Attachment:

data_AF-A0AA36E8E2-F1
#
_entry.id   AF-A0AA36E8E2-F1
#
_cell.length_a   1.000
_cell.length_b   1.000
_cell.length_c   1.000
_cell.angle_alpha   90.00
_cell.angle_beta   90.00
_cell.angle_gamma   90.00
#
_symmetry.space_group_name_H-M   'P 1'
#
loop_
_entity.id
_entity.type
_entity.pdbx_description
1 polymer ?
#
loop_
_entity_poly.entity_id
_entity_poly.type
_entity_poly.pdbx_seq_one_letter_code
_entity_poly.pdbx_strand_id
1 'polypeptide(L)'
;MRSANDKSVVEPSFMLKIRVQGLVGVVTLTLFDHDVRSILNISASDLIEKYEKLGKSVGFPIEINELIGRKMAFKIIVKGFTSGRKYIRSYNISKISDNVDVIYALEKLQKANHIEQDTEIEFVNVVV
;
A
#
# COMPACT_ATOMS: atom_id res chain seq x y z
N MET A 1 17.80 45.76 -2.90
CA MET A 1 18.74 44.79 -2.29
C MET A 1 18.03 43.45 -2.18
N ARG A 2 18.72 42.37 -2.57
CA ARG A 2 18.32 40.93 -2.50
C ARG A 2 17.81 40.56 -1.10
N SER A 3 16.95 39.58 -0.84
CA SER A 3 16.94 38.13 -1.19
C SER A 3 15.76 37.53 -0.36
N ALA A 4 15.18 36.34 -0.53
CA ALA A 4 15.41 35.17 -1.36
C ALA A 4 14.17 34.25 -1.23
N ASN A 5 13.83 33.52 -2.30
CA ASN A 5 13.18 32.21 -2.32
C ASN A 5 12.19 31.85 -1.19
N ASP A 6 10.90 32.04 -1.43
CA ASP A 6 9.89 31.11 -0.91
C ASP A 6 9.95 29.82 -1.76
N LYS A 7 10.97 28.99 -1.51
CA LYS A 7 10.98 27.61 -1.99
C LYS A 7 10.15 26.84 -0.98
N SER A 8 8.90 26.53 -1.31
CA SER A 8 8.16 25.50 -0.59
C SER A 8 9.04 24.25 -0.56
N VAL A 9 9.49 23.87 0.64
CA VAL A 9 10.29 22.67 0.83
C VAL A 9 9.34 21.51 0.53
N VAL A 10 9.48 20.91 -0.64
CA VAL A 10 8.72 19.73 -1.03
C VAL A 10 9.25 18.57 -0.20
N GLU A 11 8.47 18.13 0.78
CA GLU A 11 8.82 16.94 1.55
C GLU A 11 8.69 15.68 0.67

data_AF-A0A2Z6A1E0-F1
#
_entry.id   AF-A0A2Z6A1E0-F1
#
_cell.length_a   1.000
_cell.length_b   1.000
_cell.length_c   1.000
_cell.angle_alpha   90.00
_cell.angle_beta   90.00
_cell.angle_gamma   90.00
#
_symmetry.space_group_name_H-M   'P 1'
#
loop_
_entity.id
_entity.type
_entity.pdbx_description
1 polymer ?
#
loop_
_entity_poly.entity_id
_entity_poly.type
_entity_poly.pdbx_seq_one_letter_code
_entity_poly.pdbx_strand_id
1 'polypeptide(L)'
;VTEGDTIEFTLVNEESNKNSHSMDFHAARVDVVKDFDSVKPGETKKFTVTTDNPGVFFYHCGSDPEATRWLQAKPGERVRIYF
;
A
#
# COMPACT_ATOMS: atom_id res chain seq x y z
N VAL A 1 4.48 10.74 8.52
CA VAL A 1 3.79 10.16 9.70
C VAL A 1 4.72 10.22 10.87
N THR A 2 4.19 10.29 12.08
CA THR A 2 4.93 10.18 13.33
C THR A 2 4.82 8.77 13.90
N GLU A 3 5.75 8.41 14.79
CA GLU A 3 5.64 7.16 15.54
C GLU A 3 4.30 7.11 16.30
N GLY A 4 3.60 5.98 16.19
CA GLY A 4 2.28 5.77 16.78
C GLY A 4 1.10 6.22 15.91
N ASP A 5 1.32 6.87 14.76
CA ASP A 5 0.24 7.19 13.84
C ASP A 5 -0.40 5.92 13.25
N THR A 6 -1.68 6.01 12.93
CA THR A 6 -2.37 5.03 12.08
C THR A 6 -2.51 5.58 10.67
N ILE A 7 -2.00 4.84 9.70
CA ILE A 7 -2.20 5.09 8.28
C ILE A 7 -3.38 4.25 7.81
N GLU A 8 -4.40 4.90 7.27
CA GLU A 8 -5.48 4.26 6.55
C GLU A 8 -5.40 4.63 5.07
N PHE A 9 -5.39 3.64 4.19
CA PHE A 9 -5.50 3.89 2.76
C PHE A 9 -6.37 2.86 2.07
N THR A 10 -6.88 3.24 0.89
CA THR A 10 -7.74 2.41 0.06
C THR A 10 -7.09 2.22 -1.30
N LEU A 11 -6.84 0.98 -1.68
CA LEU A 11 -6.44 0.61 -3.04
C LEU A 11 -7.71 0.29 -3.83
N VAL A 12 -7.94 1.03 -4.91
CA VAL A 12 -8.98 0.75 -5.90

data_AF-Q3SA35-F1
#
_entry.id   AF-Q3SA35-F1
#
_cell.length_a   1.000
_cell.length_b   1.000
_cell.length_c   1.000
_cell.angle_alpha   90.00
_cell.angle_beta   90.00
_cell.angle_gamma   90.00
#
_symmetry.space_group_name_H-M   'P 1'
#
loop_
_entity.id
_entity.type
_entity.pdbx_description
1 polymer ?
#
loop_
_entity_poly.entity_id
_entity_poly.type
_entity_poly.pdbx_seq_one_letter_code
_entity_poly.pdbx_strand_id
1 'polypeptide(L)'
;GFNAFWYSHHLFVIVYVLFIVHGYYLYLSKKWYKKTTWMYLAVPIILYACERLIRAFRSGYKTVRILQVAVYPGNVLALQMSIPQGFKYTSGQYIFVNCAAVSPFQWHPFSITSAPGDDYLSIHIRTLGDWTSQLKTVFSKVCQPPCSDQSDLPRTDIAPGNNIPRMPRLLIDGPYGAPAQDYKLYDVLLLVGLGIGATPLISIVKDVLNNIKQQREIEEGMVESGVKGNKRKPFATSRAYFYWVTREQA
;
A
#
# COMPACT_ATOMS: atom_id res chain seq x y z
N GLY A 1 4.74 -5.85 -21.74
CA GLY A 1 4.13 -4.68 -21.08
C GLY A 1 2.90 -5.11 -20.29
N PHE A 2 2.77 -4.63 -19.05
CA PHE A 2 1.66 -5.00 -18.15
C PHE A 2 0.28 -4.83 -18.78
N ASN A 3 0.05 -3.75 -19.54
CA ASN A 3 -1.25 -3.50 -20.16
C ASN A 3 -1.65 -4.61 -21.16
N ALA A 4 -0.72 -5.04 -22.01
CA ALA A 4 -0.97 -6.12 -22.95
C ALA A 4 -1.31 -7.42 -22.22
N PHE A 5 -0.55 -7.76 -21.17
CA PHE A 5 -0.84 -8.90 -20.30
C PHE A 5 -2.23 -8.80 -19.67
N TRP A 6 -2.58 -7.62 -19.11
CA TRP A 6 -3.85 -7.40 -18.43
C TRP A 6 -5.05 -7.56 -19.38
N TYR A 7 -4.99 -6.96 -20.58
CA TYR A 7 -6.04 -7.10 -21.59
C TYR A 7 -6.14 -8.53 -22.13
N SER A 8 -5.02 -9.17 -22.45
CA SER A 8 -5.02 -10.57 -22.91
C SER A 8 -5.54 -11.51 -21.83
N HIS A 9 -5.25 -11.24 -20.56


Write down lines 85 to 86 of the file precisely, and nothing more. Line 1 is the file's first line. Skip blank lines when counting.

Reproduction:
_entity_poly.type
_entity_poly.pdbx_seq_one_letter_code